What is addiction?
Addiction is a worldwide mysterious plague that infests every level of
society. It baffles and corrupts teachers, doctors, lawyers, police, and
politicians. What is addiction, and why is it so powerful and pervasive?
Addiction is a rebellion against metabolism, especially hunger. Metabolism
requires food to satisfy hunger and create health. But addiction short-circuits
metabolism by replacing food with addictive substances, hunger with
euphoria, satisfaction with craving, and health with sickness. So addiction is a
flight from hunger to euphoria, with a stopover in craving, and a crash
landing in sickness.
Euphoria is a false heightened sense of well-being. Euphoria enables us to
control our mood and avoid feelings of inadequacy and loneliness. But
euphoria disables our judgment and blinds us to the craving and sickness of
addiction. Ironically, addiction makes us feel more alive with euphoria, while
it insidiously kills us with craving and sickness. So addiction is a bad bargain,
with imaginary gains and real losses.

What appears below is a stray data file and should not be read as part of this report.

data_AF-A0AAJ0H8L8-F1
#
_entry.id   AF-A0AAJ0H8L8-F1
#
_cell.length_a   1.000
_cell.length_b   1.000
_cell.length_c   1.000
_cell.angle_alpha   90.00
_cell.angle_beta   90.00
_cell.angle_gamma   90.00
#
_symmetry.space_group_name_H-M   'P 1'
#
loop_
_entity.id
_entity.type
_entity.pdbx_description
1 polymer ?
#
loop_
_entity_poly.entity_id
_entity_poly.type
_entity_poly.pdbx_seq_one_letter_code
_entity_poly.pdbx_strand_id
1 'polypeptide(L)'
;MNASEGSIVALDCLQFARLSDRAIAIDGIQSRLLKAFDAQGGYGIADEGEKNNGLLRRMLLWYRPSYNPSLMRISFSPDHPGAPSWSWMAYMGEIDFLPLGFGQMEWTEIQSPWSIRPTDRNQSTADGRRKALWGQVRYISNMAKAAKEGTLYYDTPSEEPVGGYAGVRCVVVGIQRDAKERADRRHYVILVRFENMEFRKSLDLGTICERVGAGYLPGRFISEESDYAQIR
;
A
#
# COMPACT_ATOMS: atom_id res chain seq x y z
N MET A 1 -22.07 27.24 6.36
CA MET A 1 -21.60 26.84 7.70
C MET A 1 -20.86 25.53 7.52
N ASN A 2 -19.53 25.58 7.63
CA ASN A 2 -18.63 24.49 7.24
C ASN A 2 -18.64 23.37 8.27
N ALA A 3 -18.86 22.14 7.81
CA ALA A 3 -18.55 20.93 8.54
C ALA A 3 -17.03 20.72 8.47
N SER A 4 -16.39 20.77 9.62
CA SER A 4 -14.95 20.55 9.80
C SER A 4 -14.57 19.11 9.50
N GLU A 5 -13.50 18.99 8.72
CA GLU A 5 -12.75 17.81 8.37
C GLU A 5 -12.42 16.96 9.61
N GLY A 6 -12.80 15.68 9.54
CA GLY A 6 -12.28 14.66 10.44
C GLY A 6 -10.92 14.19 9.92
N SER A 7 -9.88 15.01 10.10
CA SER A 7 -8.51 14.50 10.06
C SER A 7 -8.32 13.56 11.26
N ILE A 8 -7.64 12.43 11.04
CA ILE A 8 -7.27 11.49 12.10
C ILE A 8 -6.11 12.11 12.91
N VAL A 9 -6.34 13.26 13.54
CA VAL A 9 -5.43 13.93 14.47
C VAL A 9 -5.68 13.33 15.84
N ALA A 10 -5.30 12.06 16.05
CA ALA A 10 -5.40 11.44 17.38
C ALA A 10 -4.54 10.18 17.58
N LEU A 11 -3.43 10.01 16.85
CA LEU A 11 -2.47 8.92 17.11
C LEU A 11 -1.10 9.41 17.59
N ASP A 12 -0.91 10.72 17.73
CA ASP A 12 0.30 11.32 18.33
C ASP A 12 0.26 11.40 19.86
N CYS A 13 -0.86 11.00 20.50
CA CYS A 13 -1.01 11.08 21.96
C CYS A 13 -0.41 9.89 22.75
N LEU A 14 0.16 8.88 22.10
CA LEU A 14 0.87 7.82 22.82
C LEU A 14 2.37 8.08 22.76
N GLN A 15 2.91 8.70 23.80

The most popular addictive substances are sweets, chocolate, cola, coffee,
tea, alcohol, tobacco, and drugs. Although some of these substances are
considered harmless fun, they all create insatiable cravings that reinforce
other addictions. For example, sweets, chocolate, cola, coffee, and tea
reinforce alcohol, tobacco, and drug addiction. So addictive substances are
seductive saboteurs that masquerade as familiar friends.
Addiction is big business. The craving of addiction supports the "food"
industry. "Food" companies that sell addictive substances spend millions of
dollars to advertise the imaginary gains and hide the real losses connected to
their products. The sickness of addiction supports the health-care industry.
If alcohol, tobacco, and junk food were eliminated, many hospitals, insurance
companies, and doctors would not have enough patients to stay in business.
So our economy depends on addiction, euphoria, craving, and sickness.
Competing interests: No competing interests